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The NeXT played with everybody. By definition. The Apple plays with no one but itself.
Both boxes practiced hardware lockin but the NeXT still went out of its way to accommodate others whilst the Apple begrudgingly cooperates only with Windows computers. And consistently perceives all things as being only 'Windows' or 'not Windows'.
Mergers are always difficult and neither of the merging companies remains the same afterwards. The blend is a mixture of the philosophy and mindset of each company. To what extent either company prevails is something people go on speculating about forever.
The NeXT was a 'clean machine'. It didn't pull any punches and had no reason to compromise. There were no backward compatibilities to worry about. It simply took the best of the best in terms of both hardware and software and put it all together.
The Apple is the perennial 'outsider', its 'technologies' always 'offbeat' and regarded with a morbid curiosity by the rest of the IT industry. Their uneducated penchant for paraplegic tools like Pascal when the rest of the industry already moved on to C is a case in point: the I/O confusion of this Swiss language - author Wirth was later forced to admit he neither meant nor considered it suitable for professional use - together with the deliberately 'straight jacketed' syntax - lack of pointer arithmetic, call by reference, ad infinitum et ad nauseam - made it impossible to construct high grade robust software.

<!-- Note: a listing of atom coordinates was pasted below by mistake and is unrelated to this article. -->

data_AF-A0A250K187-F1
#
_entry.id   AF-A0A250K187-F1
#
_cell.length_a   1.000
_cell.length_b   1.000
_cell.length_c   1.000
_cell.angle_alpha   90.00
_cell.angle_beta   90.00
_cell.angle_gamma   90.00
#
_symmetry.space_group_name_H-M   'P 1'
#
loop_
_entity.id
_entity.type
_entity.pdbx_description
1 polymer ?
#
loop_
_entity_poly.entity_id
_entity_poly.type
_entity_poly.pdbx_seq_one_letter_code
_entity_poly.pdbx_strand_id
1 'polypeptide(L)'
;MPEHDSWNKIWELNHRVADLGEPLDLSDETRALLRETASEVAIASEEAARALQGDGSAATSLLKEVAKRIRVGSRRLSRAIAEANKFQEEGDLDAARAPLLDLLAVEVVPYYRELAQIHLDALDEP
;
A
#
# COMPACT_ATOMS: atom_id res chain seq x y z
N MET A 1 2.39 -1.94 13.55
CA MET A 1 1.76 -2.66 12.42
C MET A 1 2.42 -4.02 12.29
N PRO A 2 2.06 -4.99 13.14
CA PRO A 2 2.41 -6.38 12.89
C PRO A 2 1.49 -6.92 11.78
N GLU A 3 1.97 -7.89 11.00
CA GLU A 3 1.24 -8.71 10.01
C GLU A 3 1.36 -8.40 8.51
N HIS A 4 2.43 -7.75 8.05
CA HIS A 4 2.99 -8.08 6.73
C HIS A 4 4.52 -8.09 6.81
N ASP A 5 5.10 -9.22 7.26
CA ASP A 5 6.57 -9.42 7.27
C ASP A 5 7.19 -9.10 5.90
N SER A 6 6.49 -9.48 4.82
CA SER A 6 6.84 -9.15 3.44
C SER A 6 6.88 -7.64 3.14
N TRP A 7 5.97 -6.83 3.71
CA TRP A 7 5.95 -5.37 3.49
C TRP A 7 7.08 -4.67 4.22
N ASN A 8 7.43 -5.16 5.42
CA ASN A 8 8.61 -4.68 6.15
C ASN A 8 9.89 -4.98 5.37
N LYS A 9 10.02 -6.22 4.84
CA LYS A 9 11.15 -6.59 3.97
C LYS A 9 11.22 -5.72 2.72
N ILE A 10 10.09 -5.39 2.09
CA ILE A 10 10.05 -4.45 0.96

As evidenced by that spaghetti monster known as 'MacOS'.
Apple's move to the world of Unix - made out of not so much inspiration as pure desperation - is wrought with masterbation. Anomalies such as the HFS file systems, resource forks, 'Finder data' in volume control blocks, 'colours' for files - and the perennially enigmatic /.vol volfs 'file system' - demonstrate that the Apple is only 'social' when absolutely forced. And even then it will attempt to retreat into a corner and continue masterbating: the 'open source' kernel is today a sham.